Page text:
How I build bridges

Sydney Harbour Bridge under construction (July 1930). National Museum of Australia, 1986.0117.6558

Sydney Harbour Bridge under construction (July 1930). National Museum of Australia, 1986.0117.6558

A little while ago, I spent a morning writing introductory letters to people. They came about for a range of reasons:

  • A friend had asked me if I knew someone who could help with qualitative methodology and analysis. I knew a consultant who could help.
  • A colleague was looking for work, and I offered to introduce her to some senior researchers who might know of some opportunities for her.
  • A friend had said that her daughter wanted to be an astronaut. Turned out that I knew two women who were associated with space programs.

One of those people suggested that I write a post on how I go about making introductions between strangers. This is that post.

One of the things that I love about my job is that I get to talk to academics about their research. Because I sit in a Faculty (or College) research office, I talk to people from a range of different Departments and Schools. I end up knowing a little bit about the work of a lot of people.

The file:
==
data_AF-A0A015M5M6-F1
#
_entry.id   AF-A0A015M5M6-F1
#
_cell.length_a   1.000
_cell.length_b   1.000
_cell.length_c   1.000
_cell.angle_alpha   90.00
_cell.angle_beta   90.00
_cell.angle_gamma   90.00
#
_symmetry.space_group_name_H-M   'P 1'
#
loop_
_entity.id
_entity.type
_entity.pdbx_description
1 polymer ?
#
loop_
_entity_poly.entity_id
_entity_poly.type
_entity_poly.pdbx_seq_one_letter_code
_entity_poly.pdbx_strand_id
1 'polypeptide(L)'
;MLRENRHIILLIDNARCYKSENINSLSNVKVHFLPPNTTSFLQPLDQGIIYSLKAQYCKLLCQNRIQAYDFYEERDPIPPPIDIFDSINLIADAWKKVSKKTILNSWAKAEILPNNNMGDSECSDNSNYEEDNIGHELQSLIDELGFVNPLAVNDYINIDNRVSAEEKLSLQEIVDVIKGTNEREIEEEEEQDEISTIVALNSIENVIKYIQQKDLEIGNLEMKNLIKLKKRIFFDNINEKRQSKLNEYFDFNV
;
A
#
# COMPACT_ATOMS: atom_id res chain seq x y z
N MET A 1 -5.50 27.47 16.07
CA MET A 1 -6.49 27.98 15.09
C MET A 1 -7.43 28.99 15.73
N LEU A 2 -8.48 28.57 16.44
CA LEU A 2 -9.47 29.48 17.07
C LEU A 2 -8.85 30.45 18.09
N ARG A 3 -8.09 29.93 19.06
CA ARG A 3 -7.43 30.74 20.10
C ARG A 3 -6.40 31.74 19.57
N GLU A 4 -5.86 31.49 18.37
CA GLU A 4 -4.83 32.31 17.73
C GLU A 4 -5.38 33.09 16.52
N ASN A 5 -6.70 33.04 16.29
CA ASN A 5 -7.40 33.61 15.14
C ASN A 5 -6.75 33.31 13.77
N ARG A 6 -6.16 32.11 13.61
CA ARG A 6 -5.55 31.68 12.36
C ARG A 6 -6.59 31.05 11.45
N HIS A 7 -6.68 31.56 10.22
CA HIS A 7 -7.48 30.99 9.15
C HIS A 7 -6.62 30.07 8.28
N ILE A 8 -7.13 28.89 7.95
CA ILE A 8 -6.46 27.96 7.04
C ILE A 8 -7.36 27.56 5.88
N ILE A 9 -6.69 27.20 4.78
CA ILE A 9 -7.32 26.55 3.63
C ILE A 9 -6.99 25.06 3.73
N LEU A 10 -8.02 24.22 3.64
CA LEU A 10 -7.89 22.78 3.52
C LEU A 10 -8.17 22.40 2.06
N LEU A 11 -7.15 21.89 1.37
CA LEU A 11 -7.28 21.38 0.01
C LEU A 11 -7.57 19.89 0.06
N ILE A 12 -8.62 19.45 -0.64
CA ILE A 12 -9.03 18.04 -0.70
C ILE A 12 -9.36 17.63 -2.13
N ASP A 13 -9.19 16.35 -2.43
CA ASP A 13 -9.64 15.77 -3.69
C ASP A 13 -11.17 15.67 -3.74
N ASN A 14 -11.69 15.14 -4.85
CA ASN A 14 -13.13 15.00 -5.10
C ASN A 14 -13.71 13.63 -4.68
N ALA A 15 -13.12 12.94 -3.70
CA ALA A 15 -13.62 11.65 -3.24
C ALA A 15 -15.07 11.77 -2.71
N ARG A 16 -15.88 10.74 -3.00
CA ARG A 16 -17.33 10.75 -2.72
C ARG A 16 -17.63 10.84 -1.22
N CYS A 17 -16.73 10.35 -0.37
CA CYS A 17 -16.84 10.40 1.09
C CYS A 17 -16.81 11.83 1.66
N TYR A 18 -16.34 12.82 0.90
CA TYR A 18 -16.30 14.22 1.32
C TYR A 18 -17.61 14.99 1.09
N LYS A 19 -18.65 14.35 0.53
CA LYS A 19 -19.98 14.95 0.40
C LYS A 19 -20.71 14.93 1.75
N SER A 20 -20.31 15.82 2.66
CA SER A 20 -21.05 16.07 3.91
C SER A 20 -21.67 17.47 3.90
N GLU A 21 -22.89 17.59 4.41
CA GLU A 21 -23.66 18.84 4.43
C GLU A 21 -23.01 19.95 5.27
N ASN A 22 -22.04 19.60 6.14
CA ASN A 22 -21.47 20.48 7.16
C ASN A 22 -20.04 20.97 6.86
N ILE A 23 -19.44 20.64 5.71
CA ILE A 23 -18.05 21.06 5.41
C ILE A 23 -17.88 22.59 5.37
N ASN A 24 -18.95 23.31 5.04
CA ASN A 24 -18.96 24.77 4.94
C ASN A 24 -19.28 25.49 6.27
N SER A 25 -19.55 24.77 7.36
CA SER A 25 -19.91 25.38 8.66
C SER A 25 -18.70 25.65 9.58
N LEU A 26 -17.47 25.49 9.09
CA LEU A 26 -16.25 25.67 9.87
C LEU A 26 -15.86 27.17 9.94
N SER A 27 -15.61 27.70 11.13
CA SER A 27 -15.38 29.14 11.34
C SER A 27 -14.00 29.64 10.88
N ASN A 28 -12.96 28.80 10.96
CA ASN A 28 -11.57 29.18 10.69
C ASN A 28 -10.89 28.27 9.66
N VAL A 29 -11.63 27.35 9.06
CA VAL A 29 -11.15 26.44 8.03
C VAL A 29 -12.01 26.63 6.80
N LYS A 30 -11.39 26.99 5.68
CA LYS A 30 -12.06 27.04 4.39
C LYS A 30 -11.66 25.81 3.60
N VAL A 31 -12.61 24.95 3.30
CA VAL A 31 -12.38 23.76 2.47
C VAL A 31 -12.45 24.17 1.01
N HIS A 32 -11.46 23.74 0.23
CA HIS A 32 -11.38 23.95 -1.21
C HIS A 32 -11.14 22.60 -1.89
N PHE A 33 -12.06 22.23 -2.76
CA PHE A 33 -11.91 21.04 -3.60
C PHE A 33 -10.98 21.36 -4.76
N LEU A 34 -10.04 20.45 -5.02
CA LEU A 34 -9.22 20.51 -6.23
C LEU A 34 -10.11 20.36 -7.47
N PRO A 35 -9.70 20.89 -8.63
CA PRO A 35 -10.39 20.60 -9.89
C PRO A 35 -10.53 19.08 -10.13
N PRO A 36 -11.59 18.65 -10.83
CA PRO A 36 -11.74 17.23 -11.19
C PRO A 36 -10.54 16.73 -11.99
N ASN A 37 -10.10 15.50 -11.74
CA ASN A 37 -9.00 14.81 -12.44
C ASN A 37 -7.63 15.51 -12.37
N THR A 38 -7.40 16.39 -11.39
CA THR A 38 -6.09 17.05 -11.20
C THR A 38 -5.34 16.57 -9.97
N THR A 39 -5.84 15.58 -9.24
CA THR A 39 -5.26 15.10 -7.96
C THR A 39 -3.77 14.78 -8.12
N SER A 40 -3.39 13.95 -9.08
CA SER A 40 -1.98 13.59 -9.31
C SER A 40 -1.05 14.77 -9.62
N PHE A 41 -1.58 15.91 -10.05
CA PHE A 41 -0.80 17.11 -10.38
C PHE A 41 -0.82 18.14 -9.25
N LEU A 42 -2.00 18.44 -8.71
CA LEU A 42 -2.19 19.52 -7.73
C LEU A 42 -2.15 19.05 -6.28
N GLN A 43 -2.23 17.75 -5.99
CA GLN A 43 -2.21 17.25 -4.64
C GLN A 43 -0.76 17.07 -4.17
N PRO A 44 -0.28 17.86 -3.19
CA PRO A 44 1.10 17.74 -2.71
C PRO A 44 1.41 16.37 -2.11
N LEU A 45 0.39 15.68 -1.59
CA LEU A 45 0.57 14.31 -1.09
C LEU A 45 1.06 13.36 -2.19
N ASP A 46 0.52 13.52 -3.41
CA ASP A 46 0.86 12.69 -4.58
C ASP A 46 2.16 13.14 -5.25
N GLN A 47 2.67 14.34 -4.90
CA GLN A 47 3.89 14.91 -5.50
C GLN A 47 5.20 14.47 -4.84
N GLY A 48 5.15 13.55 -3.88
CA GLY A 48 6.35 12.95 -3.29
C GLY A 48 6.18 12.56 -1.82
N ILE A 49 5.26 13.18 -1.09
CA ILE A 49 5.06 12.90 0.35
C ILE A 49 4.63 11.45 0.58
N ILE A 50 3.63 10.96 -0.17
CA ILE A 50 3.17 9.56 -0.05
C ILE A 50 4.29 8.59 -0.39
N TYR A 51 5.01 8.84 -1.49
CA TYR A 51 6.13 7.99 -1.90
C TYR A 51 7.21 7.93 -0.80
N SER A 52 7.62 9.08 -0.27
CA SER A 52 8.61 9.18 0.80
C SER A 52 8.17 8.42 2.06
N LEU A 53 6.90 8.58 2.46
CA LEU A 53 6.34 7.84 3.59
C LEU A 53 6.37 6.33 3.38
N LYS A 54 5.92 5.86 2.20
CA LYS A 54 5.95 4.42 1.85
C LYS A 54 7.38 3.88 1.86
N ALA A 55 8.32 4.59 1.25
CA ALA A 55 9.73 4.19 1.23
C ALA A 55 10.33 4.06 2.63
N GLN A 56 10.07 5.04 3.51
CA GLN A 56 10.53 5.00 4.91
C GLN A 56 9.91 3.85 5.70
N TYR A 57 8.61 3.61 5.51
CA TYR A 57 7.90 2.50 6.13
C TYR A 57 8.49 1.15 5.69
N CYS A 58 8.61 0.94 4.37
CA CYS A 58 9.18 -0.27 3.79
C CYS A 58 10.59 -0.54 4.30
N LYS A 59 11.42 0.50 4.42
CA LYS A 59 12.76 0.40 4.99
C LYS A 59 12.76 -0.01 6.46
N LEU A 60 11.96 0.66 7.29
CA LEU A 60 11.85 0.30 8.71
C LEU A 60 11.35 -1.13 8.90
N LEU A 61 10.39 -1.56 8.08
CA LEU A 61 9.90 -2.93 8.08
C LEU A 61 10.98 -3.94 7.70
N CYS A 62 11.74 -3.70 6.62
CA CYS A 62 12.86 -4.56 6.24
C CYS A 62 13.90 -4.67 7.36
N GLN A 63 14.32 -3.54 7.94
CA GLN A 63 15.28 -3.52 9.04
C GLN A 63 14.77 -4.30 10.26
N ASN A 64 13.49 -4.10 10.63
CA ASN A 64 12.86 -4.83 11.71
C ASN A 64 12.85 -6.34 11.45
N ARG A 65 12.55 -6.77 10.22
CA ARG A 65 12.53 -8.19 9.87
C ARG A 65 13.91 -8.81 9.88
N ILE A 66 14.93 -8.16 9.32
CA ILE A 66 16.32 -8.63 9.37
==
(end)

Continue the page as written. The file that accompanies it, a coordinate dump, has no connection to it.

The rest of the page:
Occasionally, I talk to researchers who are looking at different aspects of the same problem. When I do that, I like to introduce them to each other. A lot of the time, I suspect that not much comes of it – maybe they have a coffee. Maybe they are too busy. However, when it does work, it seems to work quite well. People meet for a coffee, talk about their respective interests. Sometimes, there is enough there for something more to happen. Most of the time, it is just a pleasant interlude amongst the hurry-scurry of modern academia. But it is enough, I think, to have introduced people who respect one another’s work, given them a different view on their research and created a weak tie between the academic silos.

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